I hold Sarah Lund accountable for a lot of things.
Take Fairisle jumpers for example. Prior to The Killing landing on our screens, this particular brand of knit had been resigned to the back of the wardrobe, not cool enough to be seen wearing in public. She soon changed that, with knits of this variety sold out for weeks on end.
TV shows aside, it was about that time us Brits became obsessed with everything related to Scandinavia. Morning muffins were replaced with cinnamon buns, we traded cosy for hygge and we started imitating this enviable style in our homes. But what does it mean to have a home that’s Scandi inspired? In my personal opinion, it’s good to start at the source.
Late last year I spent some time in Copenhagen to suss out whether or not this Scandi lifestyle we were all lusting after was real, or something conjured up by clever marketers to make us re-decorate our homes. I can say with resounding honesty that it exists. I wandered the length and breadth of Copenhagen and found both style and hygge in equal measure.
One thing I really love about Scandinavian culture is they make the best of what they’ve got. Stylistically, that means a lot of wood. I stayed in Hotel SP34, and the room was an homage to wood and copper. It was beautiful and worth a peak at their website for inspiration.
Wood is good
Style doesn’t happen by accident. It requires thought, planning and a focus on key pieces rather than impulse purchases. If you’re starting with a blank canvas, paint your walls a neutral colour, which will give you a framework to work with. Two classic shades that I love but scream Scandi style are Cornforth White, a pale grey colour, and Elephant’s Breath, which is a cross between a dark cream and a pale grey. These two shades are timeless and I noticed them in various locations while in Copenhagen.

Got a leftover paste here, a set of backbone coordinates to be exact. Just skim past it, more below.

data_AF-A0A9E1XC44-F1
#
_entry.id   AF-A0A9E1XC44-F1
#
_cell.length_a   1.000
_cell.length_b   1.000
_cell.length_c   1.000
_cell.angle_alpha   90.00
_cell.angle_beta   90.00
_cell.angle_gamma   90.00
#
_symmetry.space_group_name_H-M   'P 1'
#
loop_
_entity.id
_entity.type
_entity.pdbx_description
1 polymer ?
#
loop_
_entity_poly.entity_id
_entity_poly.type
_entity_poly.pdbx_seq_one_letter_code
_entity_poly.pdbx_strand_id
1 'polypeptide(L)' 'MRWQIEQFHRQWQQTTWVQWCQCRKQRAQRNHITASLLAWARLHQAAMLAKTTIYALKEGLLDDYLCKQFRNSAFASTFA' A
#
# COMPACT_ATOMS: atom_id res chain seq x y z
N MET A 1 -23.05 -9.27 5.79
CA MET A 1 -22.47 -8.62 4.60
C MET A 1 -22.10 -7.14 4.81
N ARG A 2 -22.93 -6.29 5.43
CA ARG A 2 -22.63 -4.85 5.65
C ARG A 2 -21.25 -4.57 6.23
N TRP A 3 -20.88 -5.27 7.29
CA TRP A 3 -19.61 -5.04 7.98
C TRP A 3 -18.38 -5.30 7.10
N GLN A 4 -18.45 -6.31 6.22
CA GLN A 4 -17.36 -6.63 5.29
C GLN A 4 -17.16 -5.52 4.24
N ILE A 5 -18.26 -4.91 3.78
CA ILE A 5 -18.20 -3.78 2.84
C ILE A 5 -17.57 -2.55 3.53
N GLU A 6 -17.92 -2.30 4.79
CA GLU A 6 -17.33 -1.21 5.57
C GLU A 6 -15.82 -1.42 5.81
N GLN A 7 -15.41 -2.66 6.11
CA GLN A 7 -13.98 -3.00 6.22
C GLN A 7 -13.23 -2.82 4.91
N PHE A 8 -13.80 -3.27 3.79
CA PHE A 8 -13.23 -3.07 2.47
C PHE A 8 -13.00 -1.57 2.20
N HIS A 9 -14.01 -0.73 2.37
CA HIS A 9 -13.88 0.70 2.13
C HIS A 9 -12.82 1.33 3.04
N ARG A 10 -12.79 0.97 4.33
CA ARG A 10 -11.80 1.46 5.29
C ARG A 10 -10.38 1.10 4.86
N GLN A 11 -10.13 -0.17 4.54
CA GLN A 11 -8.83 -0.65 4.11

When it comes to flooring, the Scandinavians tend to opt for wood – it’s a natural resource that’s in abundance. I redid my own floor a couple of years ago and laid a real oak floor which made a huge difference to our home. However, if you have floorboards that are in good condition, don’t be afraid to sand and paint them. It requires a bit of effort, but the end results are well worth it.
Low cost options
In terms of Scandinavian furniture, if you’re on a budget, you can’t beat Ikea. Their online catalogue is endless inspiration and won’t break the bank, either. Ikea is also a great place to stock up on candles. When I visited Copenhagen, I was amazed by how many candles I saw, which all goes back to creating that feeling of hygge. A concept that doesn’t directly translate, in basic terms hygge is all about creating a nice, warm, cosy atmosphere and enjoying the good things in life with family and friends. In Denmark, they compare it to the warm glow of candlelight. Now who wouldn’t want that in their life?
So we have wooden floors, pale grey walls, and lots of candles. What else do we need? A liveable home that functions well. Lines should be clear – you shouldn’t have to dodge pieces of furniture on your way past. Plan where different items of furniture are going to function in your home and how it would work to make your lifestyle as easy as possible.
Finally, dial down the clutter. Scandinavian homes aren’t littered with chintzy collectables. They are clean, stylish and well thought out. If you’re in need of inspiration, Pinterest has a wealth of boards dedicated to Scandi style, which will have you well on the way to a home full of hygge.
Chiara is an editor who likes the simple things in life; a cup of tea by the fire, travel, and spending time with friends and family. She also can’t resist the lure of Scandinavian decor and has a penchant for anything warm and cosy. You can find out more about Chiara and follow her adventures on her blog, Wine and Olives.